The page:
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    1 Comment for this article
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    Psychological disabilities among US medical students with special reference to depression, anxiety and suicide
    Tomoyuki Kawada, MD | Nippon Medical School
    Meeks et al. assessed disclosure of psychological disabilities in medical students (1). Overall, 1.4% of all students reported at least 1 psychological disability. Prevalence (95% confidence interval [CI]) of students with a primary diagnosis of anxiety and depression were 0.8% (0.7%-0.9%) and 0.3% (0.2%-0.3%), respectively. The authors considered factors regarding disclosing psychological disabilities in medical students, and concluded that recognizing psychological disability, removing barriers to disclosure, and ensuring appropriate supporting system should be established. I have some concerns.

    First, Rotenstein et al. conducted a meta-analysis and estimated the prevalence of depression/depressive symptoms and suicidal ideation among medical students being
    27.2% and 11.1%, respectively (2). There is a big difference between the prevalence and disclosure percentage of depression. I suspect that disclosure percentage of psychological disabilities might be differed from the prevalence of them. But gender difference would exist in disclosure percentage of depression as it was observed in the prevalence of depression (3).

    Second, the global prevalence rate (95% CI) of anxiety among medical students was 33.8% (29.2-38.7%) (4). Anxiety was most prevalent among medical students, and disclosing percentage of anxiety was also higher than that of depression. I suspect that overlapping of anxiety and depression would be existed in medical students.

    Finally, suicide prevention is effective by screening stages of suicide ideation. Health care of depression and anxiety in medical students should be conducted in combination with suicide prevention.


    References
    1. Meeks LM, Plegue M, Case B, et al. Assessment of Disclosure of Psychological Disability Among US Medical Students. JAMA Netw Open. 2020;3(7):e2011165. doi:10.1001/jamanetworkopen.2020.11165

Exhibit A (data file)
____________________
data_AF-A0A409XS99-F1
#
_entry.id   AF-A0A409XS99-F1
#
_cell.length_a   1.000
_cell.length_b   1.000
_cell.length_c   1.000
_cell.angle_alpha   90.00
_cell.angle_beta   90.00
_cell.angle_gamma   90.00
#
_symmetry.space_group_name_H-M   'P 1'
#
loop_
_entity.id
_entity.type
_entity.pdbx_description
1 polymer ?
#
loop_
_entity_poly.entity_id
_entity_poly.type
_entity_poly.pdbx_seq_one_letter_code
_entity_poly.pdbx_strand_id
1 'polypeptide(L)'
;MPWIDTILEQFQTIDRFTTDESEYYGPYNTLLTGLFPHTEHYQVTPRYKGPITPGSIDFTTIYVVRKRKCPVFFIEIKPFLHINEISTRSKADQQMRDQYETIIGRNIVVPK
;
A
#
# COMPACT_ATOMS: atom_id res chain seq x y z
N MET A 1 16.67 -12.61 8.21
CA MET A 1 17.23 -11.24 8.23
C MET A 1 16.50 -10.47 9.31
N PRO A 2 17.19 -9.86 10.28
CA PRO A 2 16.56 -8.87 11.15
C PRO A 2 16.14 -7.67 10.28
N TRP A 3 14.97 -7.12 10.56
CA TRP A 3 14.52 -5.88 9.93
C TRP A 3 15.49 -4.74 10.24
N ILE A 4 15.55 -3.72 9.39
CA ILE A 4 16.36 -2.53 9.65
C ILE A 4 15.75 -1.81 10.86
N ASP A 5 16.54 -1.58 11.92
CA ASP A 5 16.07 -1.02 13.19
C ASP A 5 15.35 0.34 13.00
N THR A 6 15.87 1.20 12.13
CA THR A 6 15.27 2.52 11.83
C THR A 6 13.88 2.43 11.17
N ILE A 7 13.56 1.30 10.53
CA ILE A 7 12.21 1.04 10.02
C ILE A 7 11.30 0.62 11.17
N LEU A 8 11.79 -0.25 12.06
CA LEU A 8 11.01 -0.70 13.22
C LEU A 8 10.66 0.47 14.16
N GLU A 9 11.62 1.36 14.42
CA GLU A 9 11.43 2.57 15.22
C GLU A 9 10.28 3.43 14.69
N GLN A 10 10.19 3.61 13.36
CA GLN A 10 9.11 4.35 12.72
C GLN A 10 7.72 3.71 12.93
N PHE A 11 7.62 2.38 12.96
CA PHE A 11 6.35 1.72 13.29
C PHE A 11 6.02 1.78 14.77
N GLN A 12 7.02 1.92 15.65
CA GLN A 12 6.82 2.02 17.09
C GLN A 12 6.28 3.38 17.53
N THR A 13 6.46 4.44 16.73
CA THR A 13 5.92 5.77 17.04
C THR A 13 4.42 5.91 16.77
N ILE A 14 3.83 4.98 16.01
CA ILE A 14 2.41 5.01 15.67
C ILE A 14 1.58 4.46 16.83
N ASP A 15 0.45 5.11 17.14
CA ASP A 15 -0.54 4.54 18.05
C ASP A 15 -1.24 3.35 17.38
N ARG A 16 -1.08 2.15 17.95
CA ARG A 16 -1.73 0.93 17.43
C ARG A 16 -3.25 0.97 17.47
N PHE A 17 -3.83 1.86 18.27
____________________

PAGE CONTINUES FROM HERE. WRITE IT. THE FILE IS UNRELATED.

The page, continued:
2. Rotenstein LS, Ramos MA, Torre M, et al. Prevalence of Depression, Depressive Symptoms, and Suicidal Ideation Among Medical Students: A Systematic Review and Meta-Analysis. JAMA. 2016;316(21):2214-2236. doi:10.1001/jama.2016.17324
    3. Pacheco JPG, Silveira JB, Ferreira RPC, et al. Gender inequality and depression among medical students: A global meta-regression analysis. J Psychiatr Res. 2019;111:36-43. doi:10.1016/j.jpsychires.2019.01.013
    4. Quek TT, Tam WW, Tran BX, et al. The Global Prevalence of Anxiety Among Medical Students: A Meta-Analysis. Int J Environ Res Public Health. 2019;16(15):2735. doi:10.3390/ijerph16152735
    CONFLICT OF INTEREST: None Reported
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    Research Letter
    Medical Education
    July 23, 2020

    Assessment of Disclosure of Psychological Disability Among US Medical Students

    Author Affiliations
    • 1Department of Family Medicine, The University of Michigan Medical School, Ann Arbor
    • 2Wilmer Eye Institute, Johns Hopkins School of Medicine, Baltimore, Maryland
    • 3Department of Epidemiology, Johns Hopkins Bloomberg School of Public Health, Baltimore, Maryland
    • 4Michigan Neuroscience Institute, The University of Michigan Medical School, Ann Arbor
    JAMA Netw Open. 2020;3(7):e2011165. doi:10.1001/jamanetworkopen.2020.11165

    According to a 2019 study,1 medical student disclosure of disability increased by 69% from 2016 to 2019. In a comparison of data from schools that responded both years, the largest gain was in psychological disability. To better understand whether a meaningful proportion of students with mental health diagnoses disclose their disability, we assessed the proportion of MD students reporting psychological disabilities and examined subcategories of psychological disability.

    This survey study was conducted between September 2018 and March 2019. A survey assessing the number of students reporting disabilities was sent to 140 fully accredited US allopathic medical schools’ disability offices or the school’s primary contact for disability disclosure. The study followed the American Association for Public Opinion Research (AAPOR) reporting guideline. Given the deidentified nature of the data, the University of Michigan Medical School institutional review board considered the study exempt. Aggregate data were used to estimate the proportion of medical students reporting a psychological disability and the prevalence of subcategories of psychological disability. Descriptive analyses were conducted in R version 3.5.1 (R Project for Statistical Computing). No prespecified level of statistical significance was set.

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